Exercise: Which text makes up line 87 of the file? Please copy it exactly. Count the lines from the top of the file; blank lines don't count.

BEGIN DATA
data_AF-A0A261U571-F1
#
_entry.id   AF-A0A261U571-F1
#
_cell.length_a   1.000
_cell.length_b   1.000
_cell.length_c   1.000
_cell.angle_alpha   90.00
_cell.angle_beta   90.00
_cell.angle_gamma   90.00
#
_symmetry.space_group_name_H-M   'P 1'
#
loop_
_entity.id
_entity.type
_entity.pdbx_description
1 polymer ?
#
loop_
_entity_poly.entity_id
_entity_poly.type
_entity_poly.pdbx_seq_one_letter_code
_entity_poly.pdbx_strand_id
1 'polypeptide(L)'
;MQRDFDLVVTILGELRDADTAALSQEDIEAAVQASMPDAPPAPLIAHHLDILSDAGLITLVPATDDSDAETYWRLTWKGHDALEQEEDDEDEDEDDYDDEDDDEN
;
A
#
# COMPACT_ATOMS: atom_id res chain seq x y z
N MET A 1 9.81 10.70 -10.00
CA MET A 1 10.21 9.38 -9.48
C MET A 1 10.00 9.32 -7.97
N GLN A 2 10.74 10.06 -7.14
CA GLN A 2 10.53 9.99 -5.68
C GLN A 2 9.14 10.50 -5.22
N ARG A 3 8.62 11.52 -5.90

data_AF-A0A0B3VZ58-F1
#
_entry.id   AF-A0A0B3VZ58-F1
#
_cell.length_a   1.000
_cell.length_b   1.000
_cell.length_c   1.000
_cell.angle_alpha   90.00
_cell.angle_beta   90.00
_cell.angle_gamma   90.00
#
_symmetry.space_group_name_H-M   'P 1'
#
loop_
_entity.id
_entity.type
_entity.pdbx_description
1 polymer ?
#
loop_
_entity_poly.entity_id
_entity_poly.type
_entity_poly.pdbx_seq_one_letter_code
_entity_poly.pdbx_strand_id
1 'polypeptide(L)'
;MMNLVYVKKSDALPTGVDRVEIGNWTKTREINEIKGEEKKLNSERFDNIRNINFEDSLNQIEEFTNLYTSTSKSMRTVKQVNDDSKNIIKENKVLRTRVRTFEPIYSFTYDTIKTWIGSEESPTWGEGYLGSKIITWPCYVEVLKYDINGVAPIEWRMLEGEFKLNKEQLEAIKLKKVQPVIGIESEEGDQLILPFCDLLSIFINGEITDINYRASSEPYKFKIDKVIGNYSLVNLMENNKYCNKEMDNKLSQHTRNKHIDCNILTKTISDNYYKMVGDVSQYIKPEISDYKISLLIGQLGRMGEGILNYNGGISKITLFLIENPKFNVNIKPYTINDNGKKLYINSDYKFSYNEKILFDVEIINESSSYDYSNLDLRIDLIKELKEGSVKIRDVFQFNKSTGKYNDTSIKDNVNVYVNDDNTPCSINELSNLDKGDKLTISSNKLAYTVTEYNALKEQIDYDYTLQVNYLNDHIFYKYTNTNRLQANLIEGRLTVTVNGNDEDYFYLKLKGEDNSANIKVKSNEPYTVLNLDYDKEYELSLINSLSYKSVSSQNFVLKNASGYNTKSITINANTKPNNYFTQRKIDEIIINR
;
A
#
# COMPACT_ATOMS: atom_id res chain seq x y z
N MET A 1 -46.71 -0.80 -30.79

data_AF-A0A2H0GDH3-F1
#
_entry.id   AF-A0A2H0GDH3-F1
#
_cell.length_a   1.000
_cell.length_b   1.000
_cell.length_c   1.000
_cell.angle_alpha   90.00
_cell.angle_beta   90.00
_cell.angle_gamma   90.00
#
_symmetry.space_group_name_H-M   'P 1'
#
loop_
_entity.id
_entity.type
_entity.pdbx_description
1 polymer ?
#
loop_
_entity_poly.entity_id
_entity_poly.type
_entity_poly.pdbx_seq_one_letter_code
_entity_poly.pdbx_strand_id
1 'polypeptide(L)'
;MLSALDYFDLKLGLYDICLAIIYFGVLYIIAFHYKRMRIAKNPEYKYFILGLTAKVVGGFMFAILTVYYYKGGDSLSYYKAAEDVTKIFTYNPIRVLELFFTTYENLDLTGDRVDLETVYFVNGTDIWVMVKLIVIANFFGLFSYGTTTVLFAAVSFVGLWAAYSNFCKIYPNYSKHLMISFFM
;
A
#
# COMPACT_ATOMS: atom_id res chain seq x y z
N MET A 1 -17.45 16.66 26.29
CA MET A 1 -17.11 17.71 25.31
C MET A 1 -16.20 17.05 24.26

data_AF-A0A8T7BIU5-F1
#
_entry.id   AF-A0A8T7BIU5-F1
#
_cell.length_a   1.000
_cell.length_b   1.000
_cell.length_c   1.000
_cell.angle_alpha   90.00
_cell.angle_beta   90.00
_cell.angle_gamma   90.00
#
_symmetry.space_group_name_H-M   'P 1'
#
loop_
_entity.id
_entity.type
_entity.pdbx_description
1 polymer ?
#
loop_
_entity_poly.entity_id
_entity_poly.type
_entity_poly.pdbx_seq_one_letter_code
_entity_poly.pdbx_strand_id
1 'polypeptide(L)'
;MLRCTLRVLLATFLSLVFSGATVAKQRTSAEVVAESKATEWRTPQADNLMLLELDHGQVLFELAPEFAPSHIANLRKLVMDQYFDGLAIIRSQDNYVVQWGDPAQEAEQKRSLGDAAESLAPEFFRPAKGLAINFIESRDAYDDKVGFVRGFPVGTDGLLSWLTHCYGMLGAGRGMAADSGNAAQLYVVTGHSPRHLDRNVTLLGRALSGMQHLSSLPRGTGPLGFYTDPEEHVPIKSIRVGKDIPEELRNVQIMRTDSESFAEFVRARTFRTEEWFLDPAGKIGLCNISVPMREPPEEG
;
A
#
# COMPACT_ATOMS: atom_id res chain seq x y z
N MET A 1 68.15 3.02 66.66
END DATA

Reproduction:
#